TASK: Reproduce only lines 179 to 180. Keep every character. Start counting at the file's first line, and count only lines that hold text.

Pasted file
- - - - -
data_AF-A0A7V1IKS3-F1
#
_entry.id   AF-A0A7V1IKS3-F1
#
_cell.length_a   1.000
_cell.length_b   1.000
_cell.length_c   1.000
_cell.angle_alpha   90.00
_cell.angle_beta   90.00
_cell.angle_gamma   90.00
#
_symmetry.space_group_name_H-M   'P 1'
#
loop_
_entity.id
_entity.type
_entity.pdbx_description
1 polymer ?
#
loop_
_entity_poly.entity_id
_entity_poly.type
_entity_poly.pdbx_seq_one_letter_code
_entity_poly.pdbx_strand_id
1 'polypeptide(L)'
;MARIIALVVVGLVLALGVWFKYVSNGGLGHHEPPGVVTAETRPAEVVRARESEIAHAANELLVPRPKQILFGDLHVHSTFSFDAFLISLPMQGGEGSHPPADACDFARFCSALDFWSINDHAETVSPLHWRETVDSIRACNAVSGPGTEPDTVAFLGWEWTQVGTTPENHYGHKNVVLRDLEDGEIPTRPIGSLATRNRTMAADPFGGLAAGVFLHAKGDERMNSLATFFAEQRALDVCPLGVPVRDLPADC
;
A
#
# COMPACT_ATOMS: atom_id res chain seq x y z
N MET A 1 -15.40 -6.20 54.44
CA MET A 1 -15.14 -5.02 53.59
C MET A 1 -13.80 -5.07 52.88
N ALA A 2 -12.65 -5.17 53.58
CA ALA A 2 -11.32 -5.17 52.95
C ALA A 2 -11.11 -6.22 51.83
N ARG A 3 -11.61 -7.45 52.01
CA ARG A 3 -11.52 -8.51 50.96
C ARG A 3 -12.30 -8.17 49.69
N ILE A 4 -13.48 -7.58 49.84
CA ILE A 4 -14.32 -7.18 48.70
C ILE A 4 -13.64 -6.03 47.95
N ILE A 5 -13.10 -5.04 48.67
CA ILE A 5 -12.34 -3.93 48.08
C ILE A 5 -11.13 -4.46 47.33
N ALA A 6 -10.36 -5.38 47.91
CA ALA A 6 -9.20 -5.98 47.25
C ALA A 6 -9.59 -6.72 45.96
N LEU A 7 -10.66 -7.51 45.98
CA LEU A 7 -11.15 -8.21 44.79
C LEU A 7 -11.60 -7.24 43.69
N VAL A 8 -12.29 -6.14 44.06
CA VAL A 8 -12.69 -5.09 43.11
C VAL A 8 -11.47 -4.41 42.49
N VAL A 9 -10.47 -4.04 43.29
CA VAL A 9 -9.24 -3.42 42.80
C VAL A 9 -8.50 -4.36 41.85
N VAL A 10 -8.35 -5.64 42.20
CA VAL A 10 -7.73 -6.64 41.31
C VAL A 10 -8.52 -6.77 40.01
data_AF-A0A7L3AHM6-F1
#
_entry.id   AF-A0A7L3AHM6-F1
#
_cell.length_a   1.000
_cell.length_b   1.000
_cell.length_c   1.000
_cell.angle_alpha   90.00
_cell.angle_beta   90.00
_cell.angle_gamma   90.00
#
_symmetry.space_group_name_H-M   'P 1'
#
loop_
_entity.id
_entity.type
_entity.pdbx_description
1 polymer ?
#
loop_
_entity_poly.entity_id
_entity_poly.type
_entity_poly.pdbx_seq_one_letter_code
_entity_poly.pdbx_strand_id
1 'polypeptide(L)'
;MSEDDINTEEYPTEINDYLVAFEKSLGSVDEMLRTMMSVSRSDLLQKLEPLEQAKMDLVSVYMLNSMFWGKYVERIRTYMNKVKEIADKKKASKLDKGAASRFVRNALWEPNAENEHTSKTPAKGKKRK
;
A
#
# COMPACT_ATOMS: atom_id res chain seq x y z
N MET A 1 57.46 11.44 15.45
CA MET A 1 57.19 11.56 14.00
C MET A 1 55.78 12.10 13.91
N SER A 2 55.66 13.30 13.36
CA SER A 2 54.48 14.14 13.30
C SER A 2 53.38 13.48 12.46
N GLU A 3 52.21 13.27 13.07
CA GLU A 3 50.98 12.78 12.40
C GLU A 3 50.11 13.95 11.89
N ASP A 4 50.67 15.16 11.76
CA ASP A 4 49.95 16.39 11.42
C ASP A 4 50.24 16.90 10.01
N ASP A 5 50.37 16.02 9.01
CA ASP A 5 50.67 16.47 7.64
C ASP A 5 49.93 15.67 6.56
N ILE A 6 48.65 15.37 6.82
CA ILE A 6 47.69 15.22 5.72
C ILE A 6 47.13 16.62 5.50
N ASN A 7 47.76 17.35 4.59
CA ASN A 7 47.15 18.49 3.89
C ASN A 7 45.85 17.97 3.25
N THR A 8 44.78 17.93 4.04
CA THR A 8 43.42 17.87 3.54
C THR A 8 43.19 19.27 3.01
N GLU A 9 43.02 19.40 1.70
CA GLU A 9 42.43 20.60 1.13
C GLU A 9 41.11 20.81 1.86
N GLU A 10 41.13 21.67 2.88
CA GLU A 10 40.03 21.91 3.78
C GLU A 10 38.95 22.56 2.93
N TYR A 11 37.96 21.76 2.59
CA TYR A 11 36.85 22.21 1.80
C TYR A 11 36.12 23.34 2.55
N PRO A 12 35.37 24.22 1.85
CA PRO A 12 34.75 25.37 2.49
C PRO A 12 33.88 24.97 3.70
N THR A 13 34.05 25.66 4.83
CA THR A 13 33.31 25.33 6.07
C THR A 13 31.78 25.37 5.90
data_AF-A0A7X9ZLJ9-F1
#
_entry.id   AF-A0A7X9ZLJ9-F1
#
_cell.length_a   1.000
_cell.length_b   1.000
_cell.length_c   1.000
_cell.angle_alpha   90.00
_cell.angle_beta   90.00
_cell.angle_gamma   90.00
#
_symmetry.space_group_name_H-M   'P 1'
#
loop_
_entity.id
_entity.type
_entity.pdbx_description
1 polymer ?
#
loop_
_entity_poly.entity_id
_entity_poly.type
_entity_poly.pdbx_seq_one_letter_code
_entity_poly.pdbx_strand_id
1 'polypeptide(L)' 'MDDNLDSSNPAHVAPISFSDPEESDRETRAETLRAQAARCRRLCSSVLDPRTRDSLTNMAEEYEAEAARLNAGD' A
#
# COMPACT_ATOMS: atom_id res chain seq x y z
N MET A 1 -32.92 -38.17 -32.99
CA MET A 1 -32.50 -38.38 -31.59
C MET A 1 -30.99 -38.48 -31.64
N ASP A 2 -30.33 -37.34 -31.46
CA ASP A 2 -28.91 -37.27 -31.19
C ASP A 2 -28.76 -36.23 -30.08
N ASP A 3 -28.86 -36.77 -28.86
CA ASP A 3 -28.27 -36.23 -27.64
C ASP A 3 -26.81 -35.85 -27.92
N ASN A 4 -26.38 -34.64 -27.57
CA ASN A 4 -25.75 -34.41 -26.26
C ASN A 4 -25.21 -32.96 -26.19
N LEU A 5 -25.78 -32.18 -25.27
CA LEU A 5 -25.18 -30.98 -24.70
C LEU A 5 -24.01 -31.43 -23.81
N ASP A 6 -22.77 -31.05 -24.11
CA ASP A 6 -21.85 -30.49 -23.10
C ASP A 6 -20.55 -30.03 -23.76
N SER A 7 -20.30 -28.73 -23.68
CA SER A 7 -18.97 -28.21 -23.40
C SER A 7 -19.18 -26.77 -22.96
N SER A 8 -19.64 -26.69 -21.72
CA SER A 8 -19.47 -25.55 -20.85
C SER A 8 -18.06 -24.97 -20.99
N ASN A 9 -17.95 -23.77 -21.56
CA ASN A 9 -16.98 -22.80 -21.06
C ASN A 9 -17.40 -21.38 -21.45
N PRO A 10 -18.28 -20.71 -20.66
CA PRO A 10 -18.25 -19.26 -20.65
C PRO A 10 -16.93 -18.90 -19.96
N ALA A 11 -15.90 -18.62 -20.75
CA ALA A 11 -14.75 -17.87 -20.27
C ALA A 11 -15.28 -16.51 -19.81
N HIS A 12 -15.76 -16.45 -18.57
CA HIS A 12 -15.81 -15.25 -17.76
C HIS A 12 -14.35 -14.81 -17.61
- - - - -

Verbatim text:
CA SER A 8 -19.47 -25.55 -20.85
C SER A 8 -18.06 -24.97 -20.99